Image processing

Image processing

To process images such as photos, we need to be able to load photo files into an image object, read and set pixels values of the image, and save the image back into a photo file.

We use the class java.awt.image.BufferedImage to store image data. You can create such an object by saying:

  import java.awt.image.BufferedImage

  val img = new BufferedImage(width, height, BufferedImage.TYPE_INT_RGB)

Or you can load an image from a file using:

  import javax.imageio.ImageIO

  val photo1 = ImageIO.read(new File("photo.jpg"))

The result of this call is a again a BufferedImage object. You can find the width and height of this image using the following methods:

  printf("Photo size is %d x %d\n, photo1.getWidth, photo1.getHeight)

You can save an image object into a file using:

  ImageIO.write(photo2, "jpg", new File("test.jpg"))
or, if you prefer PNG format:
  ImageIO.write(photo2, "png", new File("test.png"))

The pixels of a java.awt.image.BufferedImage object can be read and changed using the getRGB and setRGB methods, see below.

Example script

The following small script reads a file photo.jpg, get its dimensions, creates a new empty image of the same size, copy the pixels from the old image img to the new image out (mirroring horizontally), draws a red line diagonally across the photo, and finally saves the new image in a file test.jpg (image.scala):

import java.io.File
import javax.imageio.ImageIO
import java.awt.image.BufferedImage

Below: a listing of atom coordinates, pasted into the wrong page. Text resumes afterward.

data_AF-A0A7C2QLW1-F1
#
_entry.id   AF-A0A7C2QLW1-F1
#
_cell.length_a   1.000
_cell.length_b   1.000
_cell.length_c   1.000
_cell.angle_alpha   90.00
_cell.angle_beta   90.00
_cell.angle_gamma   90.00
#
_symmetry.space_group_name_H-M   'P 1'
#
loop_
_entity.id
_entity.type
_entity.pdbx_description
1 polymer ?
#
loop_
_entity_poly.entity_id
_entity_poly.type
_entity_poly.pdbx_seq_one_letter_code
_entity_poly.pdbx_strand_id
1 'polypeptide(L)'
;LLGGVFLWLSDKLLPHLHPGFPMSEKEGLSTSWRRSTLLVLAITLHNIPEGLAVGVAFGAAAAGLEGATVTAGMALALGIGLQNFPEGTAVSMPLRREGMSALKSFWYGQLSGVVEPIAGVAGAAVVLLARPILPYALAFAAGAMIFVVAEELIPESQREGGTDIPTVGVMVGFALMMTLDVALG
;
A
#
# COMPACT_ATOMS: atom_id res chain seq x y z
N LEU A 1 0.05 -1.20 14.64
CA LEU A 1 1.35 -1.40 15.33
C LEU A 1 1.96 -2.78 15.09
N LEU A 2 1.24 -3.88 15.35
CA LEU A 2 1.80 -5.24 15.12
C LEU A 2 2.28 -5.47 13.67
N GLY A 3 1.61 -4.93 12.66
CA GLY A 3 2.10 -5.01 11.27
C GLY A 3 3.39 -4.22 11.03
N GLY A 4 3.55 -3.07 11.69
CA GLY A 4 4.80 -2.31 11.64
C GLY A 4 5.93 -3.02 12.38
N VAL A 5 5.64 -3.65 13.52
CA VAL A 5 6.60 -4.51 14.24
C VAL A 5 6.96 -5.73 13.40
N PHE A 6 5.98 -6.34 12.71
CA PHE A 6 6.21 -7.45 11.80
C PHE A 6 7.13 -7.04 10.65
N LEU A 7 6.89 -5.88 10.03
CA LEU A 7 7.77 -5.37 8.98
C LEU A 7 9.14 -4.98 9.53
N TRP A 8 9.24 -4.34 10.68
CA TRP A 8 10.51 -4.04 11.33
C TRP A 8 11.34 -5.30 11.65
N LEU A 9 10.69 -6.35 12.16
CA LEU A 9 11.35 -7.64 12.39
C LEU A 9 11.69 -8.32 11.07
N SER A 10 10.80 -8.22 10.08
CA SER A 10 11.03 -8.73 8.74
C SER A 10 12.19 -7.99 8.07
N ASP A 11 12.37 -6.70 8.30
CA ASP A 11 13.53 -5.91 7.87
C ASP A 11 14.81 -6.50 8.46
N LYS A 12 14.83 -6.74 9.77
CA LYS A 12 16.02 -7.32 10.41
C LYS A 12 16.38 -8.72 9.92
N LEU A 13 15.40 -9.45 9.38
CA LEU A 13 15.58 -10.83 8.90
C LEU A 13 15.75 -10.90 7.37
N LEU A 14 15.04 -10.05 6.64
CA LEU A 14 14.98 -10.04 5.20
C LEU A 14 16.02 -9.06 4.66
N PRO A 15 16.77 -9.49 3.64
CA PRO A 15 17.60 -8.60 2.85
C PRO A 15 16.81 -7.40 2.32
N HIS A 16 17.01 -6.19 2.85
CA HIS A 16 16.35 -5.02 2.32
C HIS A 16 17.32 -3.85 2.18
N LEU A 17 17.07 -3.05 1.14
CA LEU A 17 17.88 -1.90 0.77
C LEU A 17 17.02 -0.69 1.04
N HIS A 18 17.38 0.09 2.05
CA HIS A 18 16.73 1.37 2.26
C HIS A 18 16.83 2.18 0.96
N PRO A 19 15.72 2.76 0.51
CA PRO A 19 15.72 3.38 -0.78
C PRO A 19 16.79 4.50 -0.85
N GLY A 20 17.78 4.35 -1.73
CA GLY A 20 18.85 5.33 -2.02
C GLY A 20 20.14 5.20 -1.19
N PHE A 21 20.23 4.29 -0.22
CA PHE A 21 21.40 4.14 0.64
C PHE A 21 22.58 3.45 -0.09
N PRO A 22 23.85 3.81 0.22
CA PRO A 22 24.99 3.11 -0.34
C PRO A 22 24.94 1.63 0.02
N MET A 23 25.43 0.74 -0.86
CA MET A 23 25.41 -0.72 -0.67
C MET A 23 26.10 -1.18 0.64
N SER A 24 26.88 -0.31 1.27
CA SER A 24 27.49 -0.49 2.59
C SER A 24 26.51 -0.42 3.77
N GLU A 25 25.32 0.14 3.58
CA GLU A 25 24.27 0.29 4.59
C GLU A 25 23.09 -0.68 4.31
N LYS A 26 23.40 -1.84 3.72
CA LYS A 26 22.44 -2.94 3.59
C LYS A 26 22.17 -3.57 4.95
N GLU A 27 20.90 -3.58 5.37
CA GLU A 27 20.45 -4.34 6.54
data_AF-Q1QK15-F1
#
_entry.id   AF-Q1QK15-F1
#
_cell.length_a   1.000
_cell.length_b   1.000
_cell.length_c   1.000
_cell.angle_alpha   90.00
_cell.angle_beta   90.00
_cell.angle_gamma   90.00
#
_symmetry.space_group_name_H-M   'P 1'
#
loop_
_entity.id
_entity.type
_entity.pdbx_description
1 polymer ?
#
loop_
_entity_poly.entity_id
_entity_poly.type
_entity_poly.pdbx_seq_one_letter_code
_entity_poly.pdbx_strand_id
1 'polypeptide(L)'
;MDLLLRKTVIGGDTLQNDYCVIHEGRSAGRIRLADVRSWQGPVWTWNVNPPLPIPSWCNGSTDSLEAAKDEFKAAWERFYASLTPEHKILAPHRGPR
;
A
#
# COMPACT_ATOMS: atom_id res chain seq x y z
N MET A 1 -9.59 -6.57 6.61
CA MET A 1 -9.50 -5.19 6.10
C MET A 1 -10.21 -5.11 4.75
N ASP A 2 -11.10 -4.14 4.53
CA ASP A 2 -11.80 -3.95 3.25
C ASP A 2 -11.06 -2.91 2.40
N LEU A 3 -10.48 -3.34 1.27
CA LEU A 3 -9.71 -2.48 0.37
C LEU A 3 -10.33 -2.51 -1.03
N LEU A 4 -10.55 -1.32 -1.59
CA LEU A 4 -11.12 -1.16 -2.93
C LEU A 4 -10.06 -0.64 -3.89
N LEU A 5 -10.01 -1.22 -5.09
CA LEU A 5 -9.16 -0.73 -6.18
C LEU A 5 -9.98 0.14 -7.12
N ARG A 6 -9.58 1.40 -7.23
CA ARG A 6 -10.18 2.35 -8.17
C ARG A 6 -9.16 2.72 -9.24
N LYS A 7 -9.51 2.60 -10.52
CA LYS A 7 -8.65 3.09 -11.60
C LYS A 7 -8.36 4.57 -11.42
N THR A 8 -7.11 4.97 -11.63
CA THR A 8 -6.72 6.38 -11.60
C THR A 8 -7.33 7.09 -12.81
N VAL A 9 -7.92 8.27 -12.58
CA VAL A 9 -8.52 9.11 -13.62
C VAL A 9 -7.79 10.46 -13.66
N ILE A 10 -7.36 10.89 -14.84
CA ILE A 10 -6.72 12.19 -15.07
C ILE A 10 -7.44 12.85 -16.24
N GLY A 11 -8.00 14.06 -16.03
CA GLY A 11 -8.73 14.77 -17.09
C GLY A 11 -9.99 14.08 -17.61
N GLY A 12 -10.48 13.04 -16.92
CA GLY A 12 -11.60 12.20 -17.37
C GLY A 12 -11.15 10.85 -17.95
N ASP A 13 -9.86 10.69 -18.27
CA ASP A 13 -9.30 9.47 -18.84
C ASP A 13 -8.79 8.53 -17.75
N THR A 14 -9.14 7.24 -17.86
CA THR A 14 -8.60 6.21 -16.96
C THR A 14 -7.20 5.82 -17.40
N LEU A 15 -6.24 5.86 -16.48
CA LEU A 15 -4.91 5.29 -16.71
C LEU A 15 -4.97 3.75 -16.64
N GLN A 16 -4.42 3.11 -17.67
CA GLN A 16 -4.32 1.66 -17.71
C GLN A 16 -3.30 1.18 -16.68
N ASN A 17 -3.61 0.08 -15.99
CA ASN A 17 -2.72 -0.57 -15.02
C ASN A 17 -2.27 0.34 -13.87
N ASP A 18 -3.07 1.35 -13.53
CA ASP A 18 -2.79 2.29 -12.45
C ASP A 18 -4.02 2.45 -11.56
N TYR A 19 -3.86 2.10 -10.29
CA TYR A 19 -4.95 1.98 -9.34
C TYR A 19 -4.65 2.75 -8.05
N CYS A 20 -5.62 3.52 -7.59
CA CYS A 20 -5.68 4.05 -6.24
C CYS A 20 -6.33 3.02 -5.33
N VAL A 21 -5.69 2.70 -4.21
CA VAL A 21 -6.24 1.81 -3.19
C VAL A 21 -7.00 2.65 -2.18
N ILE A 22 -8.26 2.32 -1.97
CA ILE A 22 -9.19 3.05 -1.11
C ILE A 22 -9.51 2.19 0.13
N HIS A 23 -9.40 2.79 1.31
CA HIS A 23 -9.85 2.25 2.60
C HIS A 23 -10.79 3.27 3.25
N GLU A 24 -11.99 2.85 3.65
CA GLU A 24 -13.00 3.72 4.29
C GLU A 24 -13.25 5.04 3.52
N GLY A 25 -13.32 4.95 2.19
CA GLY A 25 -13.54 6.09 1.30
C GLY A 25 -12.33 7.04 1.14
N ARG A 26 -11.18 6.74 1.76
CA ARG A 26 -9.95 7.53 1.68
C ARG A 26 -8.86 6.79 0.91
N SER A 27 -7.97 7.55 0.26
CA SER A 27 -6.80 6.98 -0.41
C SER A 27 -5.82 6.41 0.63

def phototest(img: BufferedImage): BufferedImage = {
  // obtain width and height of image
  val w = img.getWidth
  val h = img.getHeight

  // create new image of the same size
  val out = new BufferedImage(w, h, BufferedImage.TYPE_INT_RGB)

  // copy pixels (mirror horizontally)
  for (x <- 0 until w)
    for (y <- 0 until h)
      out.setRGB(x, y, img.getRGB(w - x - 1, y) & 0xffffff)
  // draw red diagonal line
  for (x <- 0 until (h min w))
    out.setRGB(x, x, 0xff0000)

def test() {
  // read original image, and obtain width and height
  val photo1 = ImageIO.read(new File("photo.jpg"))
  val photo2 = phototest(photo1) 

  // save image to file "test.jpg"
  ImageIO.write(photo2, "jpg", new File("test.jpg"))



The method getRGB(x: Int, y: Int): Int returns the color of the pixel at position (x, y), the method setRGB(x: Int, y: Int, color: Int) sets the color of this pixel.

Colors are represented as Int objects. The three components red, green, and blue are "packed" together into one integer. Each component has 8 bits, and therefore can have a value between 0 and 255. The packed color is a 32-bit integer, whose bits look like this:

  tttt tttt rrrr rrrr gggg gggg bbbb bbbb
The top 8 bits are either zero, or represent the "transparency" of the pixel. We will not use these transparency bits. The next 8 bits represent red, the next 8 bits represent green, and the last 8 bits represent blue. This is why this representation is called "RGB".

Given red, green, and blue components with values in the range 0 to 255, we can pack them together like this:

  val color = (red * 65536) + (green * 256) + blue
Given a packed integer color, we can extract the three components as follows:
  val red = (color & 0xff0000) / 65536
  val green = (color & 0xff00) / 256
  val blue = (color & 0xff)
(The & operator here is the bitwise-and operator. It makes sure that only the bits we are interested in are used.)